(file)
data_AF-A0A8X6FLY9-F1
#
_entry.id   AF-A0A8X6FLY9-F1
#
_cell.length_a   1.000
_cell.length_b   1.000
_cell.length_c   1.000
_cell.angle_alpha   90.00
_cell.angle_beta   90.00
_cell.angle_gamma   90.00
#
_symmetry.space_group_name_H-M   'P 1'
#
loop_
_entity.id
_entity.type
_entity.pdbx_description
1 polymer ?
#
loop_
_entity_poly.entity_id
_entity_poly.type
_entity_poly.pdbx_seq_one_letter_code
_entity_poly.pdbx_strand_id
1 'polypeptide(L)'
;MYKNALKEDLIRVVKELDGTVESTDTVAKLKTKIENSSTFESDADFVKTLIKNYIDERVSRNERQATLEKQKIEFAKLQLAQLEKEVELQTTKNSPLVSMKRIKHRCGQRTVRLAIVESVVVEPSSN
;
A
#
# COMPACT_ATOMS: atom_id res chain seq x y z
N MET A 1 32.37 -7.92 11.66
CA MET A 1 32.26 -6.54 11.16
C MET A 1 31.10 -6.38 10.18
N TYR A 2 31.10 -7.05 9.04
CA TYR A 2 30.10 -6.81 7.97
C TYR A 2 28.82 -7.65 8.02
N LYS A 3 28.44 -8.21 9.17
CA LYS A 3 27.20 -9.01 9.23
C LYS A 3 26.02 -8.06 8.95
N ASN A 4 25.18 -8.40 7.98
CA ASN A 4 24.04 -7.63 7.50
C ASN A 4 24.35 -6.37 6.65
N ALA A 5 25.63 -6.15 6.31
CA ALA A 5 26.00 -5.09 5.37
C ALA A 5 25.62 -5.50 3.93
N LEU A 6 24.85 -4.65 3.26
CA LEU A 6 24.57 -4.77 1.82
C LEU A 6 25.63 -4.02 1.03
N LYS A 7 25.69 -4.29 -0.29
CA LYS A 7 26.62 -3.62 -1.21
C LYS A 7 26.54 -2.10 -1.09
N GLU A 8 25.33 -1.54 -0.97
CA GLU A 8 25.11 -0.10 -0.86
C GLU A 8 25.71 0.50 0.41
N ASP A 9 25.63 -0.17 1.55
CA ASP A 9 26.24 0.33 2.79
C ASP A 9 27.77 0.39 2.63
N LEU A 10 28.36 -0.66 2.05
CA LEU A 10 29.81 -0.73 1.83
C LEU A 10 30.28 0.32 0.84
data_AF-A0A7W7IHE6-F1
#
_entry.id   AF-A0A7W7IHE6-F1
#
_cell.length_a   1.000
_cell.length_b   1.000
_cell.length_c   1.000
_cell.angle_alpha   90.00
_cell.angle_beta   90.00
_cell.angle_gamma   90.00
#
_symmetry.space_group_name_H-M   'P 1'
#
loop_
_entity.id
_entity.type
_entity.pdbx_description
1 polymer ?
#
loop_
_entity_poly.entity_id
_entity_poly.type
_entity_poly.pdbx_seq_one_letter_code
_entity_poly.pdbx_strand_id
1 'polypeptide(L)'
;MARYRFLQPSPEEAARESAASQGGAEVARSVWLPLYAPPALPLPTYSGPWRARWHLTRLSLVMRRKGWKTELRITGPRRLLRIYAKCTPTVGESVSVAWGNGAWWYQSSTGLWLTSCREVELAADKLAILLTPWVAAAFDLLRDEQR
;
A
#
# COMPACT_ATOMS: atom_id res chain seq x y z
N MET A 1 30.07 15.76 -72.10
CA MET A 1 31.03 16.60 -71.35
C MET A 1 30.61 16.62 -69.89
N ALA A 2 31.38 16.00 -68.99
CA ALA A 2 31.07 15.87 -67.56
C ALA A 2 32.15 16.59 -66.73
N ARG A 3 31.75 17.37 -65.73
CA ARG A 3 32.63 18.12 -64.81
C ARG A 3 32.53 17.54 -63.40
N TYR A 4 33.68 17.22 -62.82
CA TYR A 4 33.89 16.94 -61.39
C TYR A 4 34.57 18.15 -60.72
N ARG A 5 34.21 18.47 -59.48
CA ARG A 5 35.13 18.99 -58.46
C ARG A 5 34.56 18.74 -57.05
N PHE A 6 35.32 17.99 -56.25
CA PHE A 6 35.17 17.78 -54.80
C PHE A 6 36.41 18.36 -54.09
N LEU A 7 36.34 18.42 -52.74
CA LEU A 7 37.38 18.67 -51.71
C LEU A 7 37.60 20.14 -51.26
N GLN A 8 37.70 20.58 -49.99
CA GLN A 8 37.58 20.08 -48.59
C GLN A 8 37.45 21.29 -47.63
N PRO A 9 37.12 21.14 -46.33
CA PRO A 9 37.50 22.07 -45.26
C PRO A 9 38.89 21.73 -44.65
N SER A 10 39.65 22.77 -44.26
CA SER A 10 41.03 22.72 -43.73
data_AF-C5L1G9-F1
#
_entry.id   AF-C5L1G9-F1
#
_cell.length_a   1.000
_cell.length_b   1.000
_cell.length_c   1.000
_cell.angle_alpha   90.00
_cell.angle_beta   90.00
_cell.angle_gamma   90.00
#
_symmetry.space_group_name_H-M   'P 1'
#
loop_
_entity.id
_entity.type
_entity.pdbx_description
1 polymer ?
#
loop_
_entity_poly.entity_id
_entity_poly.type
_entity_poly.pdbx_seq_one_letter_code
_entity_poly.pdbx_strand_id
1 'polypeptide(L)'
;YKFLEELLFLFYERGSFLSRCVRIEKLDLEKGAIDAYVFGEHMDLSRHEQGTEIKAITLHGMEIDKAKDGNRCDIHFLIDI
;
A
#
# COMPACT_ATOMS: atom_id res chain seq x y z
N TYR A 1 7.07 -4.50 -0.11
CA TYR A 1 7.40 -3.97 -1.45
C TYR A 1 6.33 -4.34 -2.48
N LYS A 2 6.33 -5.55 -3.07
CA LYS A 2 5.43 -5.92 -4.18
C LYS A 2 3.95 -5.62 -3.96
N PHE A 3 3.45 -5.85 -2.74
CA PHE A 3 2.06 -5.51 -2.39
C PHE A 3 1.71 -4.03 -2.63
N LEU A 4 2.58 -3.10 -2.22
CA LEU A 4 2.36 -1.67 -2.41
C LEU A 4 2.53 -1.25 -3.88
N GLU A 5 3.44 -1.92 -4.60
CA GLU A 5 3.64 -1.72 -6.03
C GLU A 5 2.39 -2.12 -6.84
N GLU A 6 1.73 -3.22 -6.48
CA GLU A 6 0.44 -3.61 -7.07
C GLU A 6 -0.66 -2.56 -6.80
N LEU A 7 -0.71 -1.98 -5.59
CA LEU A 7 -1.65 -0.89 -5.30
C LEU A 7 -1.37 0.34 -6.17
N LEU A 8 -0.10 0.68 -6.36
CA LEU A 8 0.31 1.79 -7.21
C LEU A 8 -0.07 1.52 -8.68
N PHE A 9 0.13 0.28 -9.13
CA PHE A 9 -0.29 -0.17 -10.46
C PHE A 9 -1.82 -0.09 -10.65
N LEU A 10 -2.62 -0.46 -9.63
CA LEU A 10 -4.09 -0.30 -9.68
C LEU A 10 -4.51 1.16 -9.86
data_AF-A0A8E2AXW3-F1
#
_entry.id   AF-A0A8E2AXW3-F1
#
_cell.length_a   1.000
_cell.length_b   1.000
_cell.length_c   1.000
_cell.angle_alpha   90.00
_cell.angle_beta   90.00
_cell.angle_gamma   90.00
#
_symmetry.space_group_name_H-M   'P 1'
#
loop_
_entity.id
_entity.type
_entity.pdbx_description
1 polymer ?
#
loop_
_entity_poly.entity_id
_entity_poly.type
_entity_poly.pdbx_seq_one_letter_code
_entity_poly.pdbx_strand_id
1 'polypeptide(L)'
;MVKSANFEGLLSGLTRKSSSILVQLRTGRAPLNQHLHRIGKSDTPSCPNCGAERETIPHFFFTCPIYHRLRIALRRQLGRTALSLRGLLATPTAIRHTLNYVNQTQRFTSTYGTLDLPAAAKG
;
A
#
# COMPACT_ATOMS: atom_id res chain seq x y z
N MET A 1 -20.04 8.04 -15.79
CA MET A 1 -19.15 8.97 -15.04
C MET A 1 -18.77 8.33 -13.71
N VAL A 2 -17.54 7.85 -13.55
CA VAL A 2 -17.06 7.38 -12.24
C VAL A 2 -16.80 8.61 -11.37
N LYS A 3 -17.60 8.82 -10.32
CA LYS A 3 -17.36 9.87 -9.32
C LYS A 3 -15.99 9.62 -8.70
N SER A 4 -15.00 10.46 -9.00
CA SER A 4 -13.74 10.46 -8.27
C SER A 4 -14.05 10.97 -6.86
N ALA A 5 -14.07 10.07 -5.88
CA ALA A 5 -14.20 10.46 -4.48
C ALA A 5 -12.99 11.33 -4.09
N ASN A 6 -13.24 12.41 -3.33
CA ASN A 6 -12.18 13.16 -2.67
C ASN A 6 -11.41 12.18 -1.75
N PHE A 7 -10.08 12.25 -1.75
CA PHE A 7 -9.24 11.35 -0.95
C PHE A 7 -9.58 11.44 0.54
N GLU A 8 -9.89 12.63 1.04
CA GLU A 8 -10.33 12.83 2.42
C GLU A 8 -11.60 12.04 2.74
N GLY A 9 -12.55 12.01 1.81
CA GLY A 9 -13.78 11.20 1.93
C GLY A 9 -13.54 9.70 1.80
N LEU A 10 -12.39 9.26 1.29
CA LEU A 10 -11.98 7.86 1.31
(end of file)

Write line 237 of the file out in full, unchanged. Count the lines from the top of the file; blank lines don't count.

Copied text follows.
N LEU A 10 -12.39 9.26 1.29